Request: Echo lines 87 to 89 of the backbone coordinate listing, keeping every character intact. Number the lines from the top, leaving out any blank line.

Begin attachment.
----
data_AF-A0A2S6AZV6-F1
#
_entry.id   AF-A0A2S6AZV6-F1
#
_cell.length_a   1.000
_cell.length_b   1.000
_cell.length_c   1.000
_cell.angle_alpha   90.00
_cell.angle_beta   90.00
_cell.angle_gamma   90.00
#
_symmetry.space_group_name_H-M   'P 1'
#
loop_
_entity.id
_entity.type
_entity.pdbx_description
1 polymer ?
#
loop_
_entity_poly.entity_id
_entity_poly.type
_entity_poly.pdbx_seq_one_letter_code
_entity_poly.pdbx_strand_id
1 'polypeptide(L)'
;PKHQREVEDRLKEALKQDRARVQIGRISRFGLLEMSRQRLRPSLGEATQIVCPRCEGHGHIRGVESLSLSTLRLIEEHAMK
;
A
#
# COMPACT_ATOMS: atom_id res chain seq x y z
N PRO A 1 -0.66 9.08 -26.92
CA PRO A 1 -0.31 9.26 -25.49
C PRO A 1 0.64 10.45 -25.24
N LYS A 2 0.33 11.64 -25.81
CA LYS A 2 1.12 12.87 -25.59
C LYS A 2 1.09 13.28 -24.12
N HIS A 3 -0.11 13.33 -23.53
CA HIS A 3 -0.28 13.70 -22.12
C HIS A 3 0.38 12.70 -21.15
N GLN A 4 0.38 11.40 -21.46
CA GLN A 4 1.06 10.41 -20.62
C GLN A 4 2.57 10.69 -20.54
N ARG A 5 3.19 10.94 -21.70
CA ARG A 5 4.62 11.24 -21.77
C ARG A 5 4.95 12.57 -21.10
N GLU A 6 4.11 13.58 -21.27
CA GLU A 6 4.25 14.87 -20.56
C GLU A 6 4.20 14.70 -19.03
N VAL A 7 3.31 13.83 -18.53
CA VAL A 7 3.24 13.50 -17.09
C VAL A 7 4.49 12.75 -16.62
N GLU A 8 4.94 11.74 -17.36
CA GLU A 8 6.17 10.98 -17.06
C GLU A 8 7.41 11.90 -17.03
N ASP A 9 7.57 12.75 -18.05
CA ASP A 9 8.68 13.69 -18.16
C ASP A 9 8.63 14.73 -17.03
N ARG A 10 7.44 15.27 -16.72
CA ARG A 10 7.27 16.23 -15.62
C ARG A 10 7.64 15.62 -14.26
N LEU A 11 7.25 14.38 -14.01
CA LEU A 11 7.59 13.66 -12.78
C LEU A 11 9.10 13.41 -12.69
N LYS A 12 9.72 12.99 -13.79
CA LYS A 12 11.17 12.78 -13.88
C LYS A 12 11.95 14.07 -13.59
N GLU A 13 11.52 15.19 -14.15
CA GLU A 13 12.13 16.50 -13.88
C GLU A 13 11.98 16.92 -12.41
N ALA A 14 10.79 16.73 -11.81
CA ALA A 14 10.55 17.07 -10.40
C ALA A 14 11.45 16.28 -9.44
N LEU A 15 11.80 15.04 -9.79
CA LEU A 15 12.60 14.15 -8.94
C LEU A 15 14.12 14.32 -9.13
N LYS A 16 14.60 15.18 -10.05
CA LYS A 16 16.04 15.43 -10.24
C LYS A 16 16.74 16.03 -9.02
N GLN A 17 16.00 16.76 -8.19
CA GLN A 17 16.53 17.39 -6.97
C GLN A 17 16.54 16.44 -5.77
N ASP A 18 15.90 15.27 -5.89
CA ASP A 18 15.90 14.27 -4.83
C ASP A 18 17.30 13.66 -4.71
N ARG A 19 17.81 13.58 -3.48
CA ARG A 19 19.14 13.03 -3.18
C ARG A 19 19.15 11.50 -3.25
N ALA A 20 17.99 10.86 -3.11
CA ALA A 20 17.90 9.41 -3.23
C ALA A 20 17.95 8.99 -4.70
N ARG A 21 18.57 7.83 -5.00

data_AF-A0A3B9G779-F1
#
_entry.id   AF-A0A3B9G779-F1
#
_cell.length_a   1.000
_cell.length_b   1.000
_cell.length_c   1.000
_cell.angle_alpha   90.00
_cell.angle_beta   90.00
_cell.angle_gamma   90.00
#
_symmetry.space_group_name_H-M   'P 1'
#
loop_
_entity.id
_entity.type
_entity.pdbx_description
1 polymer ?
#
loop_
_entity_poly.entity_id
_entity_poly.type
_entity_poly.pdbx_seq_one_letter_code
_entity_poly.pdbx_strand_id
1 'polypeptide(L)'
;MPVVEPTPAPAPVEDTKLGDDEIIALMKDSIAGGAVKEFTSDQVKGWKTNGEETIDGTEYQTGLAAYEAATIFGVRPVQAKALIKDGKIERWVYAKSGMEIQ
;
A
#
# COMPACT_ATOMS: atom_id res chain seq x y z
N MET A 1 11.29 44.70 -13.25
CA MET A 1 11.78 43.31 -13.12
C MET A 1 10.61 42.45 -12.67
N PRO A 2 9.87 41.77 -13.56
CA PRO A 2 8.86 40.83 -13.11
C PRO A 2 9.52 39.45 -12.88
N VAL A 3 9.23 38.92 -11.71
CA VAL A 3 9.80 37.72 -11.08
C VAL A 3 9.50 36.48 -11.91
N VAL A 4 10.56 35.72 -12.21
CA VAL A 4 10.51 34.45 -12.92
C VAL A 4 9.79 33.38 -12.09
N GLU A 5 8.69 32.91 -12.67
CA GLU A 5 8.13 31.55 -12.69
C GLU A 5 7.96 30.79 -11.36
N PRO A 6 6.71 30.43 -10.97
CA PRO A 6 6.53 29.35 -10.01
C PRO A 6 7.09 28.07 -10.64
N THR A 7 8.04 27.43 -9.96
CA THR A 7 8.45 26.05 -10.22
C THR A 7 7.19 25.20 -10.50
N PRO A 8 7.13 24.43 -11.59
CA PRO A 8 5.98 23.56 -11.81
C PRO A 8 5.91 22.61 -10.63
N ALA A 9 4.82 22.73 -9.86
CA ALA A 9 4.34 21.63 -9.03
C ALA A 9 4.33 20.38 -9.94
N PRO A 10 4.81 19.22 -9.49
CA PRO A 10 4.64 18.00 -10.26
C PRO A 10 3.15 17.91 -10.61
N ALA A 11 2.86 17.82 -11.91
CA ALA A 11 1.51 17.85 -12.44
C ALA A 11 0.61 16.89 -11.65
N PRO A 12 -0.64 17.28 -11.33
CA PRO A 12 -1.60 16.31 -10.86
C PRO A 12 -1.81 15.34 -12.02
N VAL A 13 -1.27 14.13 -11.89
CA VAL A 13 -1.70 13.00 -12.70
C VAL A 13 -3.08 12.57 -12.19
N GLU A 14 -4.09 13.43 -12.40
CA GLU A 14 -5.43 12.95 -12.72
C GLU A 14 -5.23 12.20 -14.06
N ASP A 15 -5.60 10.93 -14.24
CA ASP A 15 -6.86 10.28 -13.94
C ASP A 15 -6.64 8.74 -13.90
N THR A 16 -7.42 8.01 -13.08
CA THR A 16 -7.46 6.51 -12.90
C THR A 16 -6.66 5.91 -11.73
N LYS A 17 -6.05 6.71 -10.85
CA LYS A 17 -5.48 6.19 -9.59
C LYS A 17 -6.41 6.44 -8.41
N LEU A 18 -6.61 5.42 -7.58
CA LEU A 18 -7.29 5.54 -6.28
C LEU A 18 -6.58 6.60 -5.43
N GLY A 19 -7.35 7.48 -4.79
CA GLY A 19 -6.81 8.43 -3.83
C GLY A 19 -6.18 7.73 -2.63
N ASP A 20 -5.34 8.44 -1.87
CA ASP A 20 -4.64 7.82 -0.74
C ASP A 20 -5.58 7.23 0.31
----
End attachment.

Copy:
C ARG A 19 19.15 11.50 -3.25
N ALA A 20 17.99 10.86 -3.11
CA ALA A 20 17.90 9.41 -3.23